Training’s main objectives are the use of latrines and observing proper hygiene practices since these goals are inherently connected to the provision of clean water. Open defecation, water storage in unclean containers and the absence of hand-washing are all possible contaminants of a household water supply. Each participating village must achieve Open Defecation Free status (defined by one latrine per household), prior to the pump installation for a shallow hand-dug well.

This social program includes the assignment of one Community Development Officer (CDO) to each village. The CDO encourages each household to build an ideal homestead that includes: a latrine, hand-washing facility, a separate structure for animals, rubbish pit and drying rack for dishes.

We also implement the Community Led Total Sanitation (CLTS) approach with each of our village partners. This aims to improve the sanitation and hygiene practices and behaviors of a village. During these sessions, village leaders naturally emerge and push the community to realize that the current practices of individual households – particularly the practice of open defecation– are not only unhealthy but affect the entire village. CLTS facilitates a process in which community members realize the negative consequences of their current water, sanitation and hygiene behaviors and are inspired to take action. Group interactions are frequent motivators for individual households to build latrines, use the latrines and demand that other households do the same.

New Hand-Dug Well

With the guidance of our artisans and mechanics, the excavated well will be cased, sealed with a well pad, and then finished with a new AfriDev pump. The community will participate in excavating and constructing the water source.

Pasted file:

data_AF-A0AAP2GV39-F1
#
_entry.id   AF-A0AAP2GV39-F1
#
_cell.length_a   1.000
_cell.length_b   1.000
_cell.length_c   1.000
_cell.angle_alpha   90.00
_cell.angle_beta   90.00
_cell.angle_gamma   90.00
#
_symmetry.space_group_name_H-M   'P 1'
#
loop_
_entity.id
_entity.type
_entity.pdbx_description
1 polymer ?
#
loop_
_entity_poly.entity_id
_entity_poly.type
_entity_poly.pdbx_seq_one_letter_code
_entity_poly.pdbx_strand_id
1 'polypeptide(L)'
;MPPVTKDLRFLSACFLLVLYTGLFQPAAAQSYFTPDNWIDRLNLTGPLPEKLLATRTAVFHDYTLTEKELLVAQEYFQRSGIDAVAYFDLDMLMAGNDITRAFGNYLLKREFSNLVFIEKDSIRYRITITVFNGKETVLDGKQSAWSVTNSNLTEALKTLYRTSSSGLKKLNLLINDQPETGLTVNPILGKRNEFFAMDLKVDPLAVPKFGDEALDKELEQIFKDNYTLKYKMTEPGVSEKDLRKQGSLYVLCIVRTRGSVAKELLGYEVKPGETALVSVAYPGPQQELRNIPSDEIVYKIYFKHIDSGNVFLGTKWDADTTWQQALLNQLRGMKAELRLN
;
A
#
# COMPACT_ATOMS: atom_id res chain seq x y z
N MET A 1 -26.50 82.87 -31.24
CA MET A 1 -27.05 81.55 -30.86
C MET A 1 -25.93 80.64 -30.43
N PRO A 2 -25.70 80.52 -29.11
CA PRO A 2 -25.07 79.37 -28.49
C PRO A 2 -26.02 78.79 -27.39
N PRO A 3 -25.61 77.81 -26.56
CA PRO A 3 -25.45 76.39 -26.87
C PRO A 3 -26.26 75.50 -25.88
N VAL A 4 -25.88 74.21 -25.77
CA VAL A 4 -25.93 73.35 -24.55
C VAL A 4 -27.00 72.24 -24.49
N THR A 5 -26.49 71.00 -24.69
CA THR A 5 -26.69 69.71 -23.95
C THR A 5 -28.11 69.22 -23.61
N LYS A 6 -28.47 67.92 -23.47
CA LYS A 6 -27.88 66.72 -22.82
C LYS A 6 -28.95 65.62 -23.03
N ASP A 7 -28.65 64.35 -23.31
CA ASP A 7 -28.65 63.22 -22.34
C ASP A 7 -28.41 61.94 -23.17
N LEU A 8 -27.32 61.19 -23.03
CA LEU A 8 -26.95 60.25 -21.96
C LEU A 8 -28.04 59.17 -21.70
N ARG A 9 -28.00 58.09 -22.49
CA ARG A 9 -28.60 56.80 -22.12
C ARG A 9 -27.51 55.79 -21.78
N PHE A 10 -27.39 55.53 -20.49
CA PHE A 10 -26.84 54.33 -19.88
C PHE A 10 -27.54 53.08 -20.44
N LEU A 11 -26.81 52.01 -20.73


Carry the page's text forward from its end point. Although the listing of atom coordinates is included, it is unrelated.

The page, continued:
Excavation takes a month or more on average, depending on the nature of the rock beneath. Construction of the well lining and installation of the pump takes on average 12 days.

This well will be located in Katugo Community and will bring clean water closer to families having to walk long distances for their water.

We are also rehabilitating one existing wells for the community to ensure everyone has access to safe water! Learn more here.

Improved Sanitation

The aim is that all households own an improved latrine. Many households do not use a latrine but use the bush. Due to open defecation, feces are spread all over the village. This leads to waterborne diseases and contamination of groundwater and surface water. Our aim is that the community is able to live a healthy life free of preventable diseases. We endeavor that at the end of our presence in the community, people will have both access to sustainable, clean water and access to sanitation. We have now organized families to form digging groups for latrine construction, and empowered them with tools to use.

We're just getting started, check back soon!


Project Photos


Project Type

Dug Well and Hand Pump

Hand-dug wells are best suited for clay, sand, gravel and mixed soil ground formations. A large diameter well is dug by hand, and then lined with either bricks or concrete to prevent contamination and collapse of the well. Once a water table is hit, the well is capped and a hand-pump is installed – creating a complete and enclosed water system.



Contributors

Scandinavians for Life